And, I want to share some of the tactics I’ve used to acquire new clients. It all starts with recognizing that acquiring new clients means creating new relationships. Most decision-makers are happy to work with existing suppliers, largely because they know it’s a safe and tried route: “you never get fired for hiring IBM”, as the saying goes. But, business developers need to understand that any decision-maker hiring a new supplier is facing uncertainty. Bringing in a new supplier is taking a risk, a risk that may jeopardize the decision-maker’s career prospects if the supplier doesn’t perform as expected. This often remains misunderstood among business developers. They may be too focused on pitching their value proposition at the expense of listening to what clients say and at the expense of uncovering implicit buyer signals. The only way to mitigate this risk is meeting directly with the buyer’s boss, a C-level executive. If you connect with a buyer on behalf of his/her boss, then he/she will feel safe to go on with a Purchase Order. Now, having said that: how do you meet with C-level executives?
II/ To meet with C-level executives invite out for dinner former leaders who have worked in the target company
First of all, I really believe in setting up dinners with leading executives that have recently left the target company. I’ll refer to these dinners as a “networking dinner”. Inviting every single former leader out to dinner is a potent way to start the relationship. There’s something about having dinner which is much more intimate than having lunch or a regular business meeting. Plus, sharing a meal can be somewhat personal. My experience is that it’s very effective in creating relationships. Obviously, the purpose of this networking dinner is to get to understand what the target’s context is, by asking questions such as:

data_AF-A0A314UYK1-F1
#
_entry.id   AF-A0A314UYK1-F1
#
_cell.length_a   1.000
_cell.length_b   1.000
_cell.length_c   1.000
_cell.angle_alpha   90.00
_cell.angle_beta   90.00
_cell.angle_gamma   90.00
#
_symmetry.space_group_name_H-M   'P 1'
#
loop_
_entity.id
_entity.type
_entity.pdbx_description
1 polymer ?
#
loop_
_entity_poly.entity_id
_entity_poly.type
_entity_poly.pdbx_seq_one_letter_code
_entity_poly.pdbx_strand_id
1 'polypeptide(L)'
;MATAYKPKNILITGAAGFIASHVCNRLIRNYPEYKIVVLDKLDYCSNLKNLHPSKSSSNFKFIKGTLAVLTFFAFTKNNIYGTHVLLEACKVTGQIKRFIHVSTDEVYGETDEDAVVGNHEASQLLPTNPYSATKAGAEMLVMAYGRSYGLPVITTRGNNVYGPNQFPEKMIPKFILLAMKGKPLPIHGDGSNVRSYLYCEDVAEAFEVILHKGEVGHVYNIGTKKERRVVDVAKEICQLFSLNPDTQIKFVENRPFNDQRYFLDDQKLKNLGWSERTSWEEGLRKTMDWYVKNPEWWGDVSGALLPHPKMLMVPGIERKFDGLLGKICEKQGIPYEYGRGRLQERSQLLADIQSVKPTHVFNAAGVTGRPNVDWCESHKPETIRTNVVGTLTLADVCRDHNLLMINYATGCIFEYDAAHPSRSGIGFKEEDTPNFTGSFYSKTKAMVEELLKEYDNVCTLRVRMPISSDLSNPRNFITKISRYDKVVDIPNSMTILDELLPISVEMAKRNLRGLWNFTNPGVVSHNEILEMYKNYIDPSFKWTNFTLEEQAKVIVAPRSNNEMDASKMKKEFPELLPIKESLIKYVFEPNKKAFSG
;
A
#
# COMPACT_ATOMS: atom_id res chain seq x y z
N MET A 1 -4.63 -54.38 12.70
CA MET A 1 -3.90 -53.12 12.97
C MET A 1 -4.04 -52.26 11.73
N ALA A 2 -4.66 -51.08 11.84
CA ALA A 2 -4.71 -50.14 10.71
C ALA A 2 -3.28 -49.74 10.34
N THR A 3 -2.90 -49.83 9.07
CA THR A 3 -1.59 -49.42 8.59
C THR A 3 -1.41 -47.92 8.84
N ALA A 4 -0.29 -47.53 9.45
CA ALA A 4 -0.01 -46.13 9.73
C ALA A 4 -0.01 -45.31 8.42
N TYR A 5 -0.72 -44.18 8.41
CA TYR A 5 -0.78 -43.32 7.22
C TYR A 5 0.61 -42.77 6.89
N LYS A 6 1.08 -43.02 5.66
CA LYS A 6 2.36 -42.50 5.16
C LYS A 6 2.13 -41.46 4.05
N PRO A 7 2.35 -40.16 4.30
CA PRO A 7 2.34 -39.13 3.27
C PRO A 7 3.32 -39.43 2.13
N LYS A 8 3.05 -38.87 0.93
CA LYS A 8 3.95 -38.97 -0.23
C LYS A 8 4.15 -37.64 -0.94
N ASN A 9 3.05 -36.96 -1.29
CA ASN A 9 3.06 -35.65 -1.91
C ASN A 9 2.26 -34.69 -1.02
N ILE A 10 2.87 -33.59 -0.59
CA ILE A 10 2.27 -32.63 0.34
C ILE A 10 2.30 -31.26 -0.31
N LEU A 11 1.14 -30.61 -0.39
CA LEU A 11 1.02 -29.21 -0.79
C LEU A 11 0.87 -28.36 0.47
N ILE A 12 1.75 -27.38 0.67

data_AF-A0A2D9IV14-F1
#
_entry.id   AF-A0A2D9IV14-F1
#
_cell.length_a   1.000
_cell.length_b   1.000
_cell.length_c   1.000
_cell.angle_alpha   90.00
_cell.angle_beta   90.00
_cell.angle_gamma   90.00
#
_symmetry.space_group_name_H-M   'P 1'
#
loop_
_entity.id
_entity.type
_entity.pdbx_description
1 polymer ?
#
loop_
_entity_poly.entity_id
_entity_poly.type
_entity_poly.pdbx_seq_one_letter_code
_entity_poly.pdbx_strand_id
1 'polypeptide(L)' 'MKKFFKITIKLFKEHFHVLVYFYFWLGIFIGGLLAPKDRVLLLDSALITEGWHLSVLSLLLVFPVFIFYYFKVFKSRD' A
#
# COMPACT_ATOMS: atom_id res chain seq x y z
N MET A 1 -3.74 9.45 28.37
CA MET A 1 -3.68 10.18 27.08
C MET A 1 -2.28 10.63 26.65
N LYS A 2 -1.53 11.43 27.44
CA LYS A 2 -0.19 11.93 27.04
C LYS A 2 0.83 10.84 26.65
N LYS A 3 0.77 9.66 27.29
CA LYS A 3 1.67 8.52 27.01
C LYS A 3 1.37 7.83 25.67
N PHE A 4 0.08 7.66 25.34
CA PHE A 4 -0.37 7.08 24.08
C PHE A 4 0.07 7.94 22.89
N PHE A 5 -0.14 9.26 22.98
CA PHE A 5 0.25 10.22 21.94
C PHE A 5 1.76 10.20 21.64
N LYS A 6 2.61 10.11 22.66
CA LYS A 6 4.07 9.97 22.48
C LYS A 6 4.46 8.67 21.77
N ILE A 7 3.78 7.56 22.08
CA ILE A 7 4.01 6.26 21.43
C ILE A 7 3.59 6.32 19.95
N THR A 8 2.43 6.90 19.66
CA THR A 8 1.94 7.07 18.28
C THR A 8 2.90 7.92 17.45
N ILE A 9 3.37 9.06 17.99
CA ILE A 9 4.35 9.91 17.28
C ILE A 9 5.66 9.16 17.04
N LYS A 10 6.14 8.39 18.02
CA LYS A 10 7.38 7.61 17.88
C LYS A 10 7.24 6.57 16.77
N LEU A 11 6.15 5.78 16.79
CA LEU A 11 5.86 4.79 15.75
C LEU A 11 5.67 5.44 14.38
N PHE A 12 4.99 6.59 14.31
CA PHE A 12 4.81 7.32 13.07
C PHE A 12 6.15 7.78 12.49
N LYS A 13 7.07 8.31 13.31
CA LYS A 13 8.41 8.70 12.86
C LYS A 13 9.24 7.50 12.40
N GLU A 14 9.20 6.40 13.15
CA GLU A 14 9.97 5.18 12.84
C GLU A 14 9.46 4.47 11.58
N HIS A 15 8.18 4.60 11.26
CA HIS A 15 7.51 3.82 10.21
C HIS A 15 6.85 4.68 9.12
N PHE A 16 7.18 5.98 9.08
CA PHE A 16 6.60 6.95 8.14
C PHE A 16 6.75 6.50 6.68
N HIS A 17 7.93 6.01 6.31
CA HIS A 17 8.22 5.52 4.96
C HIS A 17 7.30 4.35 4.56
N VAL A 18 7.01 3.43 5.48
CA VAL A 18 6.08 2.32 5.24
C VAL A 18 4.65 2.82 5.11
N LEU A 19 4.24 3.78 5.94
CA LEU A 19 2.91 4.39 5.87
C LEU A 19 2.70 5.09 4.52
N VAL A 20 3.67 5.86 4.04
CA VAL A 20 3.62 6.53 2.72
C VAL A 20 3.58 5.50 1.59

- How do they do their business?
- Who are their clients?
- Why do their clients pay them and what for?
- What value does the target provide to its clients?
- Whose the target’s competition?
- What are the key questions that are on every leader’s mind?
- How do these questions structure their priorities?
- How do they allocate resources and based on what criteria?
- Who’s career is at risk and why?